One of the benefits of this maneuver is that the couple in the relationship will have already formed a foundation for their relationship, such that when members of the social circle try to exhort any influence (again, not necessarily out of malice, but possibly out of good intentions), the influence may end up halted by what the couple has already established as part of their relationship boundaries.
One of the consequences is that some members of the social circle might have a bruised ego or hurt feelings that they were not included in the “big secret”. If this is the case, ignore it. Those are the same people who lack maturity that would have made dating openly in a social circle a nightmare.
Political Elections and Dating
By Frank Kermit
Elections — a time when choices are made, protests have audience, and friendships destroyed (we hope temporarily) over loyalties to political stances.
For some it is a time to face the realities of government policies that may affect the quality of your life (depending on the stage of life you are at) and for others it is a time to hide your head in the sand when the campaigns to make your vote count come knocking.
The one question that comes up in my practice during this period is what to do when you are dating someone that had different political views, or supports a different political party.
As always, the answer is, it depends.
Even the best of couples may disagree on topics that could be more important than not.
However, although common interests and aligned thinking are necessary for long term relationship success, that does not automatically mean that a couple must agree on everything. That type of picture-perfect partnering simply is neither realistic nor necessary.
The first question is what the nature of your relationship is to begin with. If you are involved casually or dating someone in a manner where you are enjoying mutual companionship, but the desire to have a future together is beyond the scope of the couple in question, then voting for different parties is a moot topic.
If you are at a stage of your life where you are past the point of seeking a life partner to have children with, and aren’t even looking for a live-in partner, then those relationship categories of non-committal casual couplings really do not require that the partners be on the same page at all when it comes to politics.
In those cases, these relationship categories simply take the dating dynamics for what it is; a valued togetherness that simply has limits when it comes to certain expectations and short-term commitments.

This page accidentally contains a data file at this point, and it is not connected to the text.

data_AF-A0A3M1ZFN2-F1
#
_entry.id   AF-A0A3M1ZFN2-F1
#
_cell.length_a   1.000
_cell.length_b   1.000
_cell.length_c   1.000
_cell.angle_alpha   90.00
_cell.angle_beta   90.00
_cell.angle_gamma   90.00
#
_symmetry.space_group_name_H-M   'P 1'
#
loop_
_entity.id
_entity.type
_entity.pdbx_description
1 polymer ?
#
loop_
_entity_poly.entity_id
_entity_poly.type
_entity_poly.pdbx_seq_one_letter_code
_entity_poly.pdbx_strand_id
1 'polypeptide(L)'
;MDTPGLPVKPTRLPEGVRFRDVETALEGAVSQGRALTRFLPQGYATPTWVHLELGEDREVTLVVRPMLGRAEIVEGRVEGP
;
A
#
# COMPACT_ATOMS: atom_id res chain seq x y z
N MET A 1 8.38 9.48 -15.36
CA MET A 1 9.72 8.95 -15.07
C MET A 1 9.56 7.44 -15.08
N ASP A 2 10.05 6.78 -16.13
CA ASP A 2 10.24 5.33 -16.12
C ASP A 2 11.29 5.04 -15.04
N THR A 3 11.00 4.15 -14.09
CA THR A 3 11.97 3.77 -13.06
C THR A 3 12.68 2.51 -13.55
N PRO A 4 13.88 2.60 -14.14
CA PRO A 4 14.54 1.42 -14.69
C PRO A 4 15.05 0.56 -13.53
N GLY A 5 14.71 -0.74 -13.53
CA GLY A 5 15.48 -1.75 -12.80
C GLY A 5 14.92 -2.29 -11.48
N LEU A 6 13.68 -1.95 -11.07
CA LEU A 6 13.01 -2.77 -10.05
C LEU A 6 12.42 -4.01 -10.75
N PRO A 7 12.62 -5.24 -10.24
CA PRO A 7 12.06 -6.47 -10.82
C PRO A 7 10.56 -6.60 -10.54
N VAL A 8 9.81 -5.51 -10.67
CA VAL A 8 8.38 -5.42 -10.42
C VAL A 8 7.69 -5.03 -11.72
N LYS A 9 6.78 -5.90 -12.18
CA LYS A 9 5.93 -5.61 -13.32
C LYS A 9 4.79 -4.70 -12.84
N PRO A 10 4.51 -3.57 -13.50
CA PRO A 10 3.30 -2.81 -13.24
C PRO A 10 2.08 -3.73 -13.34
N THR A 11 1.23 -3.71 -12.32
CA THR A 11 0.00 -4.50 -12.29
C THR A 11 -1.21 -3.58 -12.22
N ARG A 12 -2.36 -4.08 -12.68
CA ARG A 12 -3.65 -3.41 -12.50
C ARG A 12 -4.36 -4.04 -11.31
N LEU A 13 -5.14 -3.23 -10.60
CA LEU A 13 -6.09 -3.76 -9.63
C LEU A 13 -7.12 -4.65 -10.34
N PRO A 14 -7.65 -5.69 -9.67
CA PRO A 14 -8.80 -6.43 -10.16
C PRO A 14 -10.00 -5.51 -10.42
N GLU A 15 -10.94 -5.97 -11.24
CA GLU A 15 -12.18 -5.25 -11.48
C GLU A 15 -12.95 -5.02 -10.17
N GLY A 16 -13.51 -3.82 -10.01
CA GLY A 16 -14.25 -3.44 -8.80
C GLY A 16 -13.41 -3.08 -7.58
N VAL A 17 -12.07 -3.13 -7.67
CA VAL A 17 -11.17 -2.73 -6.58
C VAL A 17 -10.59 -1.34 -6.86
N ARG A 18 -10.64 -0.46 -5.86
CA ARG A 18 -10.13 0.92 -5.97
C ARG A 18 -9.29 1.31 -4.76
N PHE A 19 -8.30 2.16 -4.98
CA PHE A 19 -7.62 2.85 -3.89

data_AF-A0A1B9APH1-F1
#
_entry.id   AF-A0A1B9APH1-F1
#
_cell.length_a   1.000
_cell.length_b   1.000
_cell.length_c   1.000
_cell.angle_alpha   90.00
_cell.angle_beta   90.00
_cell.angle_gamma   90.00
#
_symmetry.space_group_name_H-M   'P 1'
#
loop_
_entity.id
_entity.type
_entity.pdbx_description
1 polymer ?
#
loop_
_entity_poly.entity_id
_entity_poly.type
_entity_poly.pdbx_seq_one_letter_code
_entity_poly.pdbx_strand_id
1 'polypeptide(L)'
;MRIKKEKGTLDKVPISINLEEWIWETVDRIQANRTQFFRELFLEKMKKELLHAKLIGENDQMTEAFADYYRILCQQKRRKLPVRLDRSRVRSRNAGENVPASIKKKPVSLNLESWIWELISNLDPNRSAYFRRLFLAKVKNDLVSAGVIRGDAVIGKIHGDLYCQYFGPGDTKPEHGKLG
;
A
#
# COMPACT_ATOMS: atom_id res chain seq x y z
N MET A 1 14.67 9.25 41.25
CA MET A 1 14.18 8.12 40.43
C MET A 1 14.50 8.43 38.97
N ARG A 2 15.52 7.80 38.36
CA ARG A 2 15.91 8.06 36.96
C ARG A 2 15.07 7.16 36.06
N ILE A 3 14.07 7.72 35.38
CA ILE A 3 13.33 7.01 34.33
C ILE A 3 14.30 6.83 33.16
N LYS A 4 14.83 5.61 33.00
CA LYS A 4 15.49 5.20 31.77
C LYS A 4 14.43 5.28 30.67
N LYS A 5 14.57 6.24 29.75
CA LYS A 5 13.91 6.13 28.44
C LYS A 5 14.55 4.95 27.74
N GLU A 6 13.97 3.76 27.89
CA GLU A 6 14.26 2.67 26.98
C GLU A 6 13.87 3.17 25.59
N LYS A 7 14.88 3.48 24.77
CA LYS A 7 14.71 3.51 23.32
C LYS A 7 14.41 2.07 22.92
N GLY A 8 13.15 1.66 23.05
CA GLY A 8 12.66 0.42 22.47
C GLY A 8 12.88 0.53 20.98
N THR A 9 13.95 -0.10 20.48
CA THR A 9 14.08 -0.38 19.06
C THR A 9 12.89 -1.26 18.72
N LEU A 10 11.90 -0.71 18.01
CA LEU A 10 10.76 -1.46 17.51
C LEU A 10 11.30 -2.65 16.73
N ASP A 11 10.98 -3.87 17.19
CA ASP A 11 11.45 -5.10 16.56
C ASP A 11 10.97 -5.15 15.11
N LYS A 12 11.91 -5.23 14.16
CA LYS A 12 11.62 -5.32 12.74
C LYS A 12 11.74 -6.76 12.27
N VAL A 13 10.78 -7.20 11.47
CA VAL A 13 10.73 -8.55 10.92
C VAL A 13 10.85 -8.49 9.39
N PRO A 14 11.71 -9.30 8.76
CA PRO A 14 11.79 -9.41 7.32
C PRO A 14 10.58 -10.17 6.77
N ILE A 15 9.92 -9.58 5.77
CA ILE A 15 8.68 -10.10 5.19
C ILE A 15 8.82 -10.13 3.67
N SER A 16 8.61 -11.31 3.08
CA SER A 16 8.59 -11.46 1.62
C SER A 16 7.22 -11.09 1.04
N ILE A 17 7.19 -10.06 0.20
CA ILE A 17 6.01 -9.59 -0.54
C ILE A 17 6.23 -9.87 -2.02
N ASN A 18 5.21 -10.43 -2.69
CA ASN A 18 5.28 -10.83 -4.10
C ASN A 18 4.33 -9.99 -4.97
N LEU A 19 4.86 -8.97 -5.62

When it does matter is when a dating duo are seeking a serious long term alliance, whether it be a candidate for living together, having children or forming a blended family unit. In this case, the particular political parties may actually be irrelevant per se, and it is more about the compatible value systems of the couple.
Could an individual who wants limited amounts of government involvement in general day to day live have children with someone that pushes for more government policy at the cost of individual privacy? Can a person who values new independence build a future with someone that wants to maintain the status quo?
Well, given that people who are compatible and have similar backgrounds, can still struggle with commitment and end up divorced, it really comes down to the couple in question, and not how passionate they are about hot topic politics.
Also, given that the platforms of various political parties change over the years, or that politicians themselves switch parties (not necessarily personal beliefs), the best the aspiring couple can do is identify their own belief systems of good and bad and be able to communicate where they individually draw the line about what is right and wrong for themselves.
If and when such a self actualized human being finds a like minded romantic partner, then compatibility and chemistry can work together in an alliance to make love happen. Couples who make the extra effort to know themselves, and learn about each other on that deeper level always get my vote.
Ally vs. Enemy:
Understanding The Emotional Needs of Men
By Frank Kermit
The best way I know how to teach people about the emotional needs of men is to break it down to absolute fundamentals. If people can understand those, then people can understand the emotional motivations behind the choices men make in who men choose to have sex with, date and make long term commitments too.
A woman can only play one of two roles in a man's life. She is either his ally or she is his enemy. She cannot be both. In every action a woman takes, and in everything a woman says, a man will judge her on an emotional level that he may not necessarily be conscious of in deciding if he should have her in his life, have sex with her and/or make a commitment to her. If a woman addresses a man's emotional needs he will feel that she is his ally, and potentially feel enough of a bonding trust to commit to her. When a woman violates the emotional needs of a man, he feels he might have her as an enemy in his life, but he may still continue to have sex with her pending how bad a violation of his other emotional needs, though he has already emotionally decided he will never commit to her.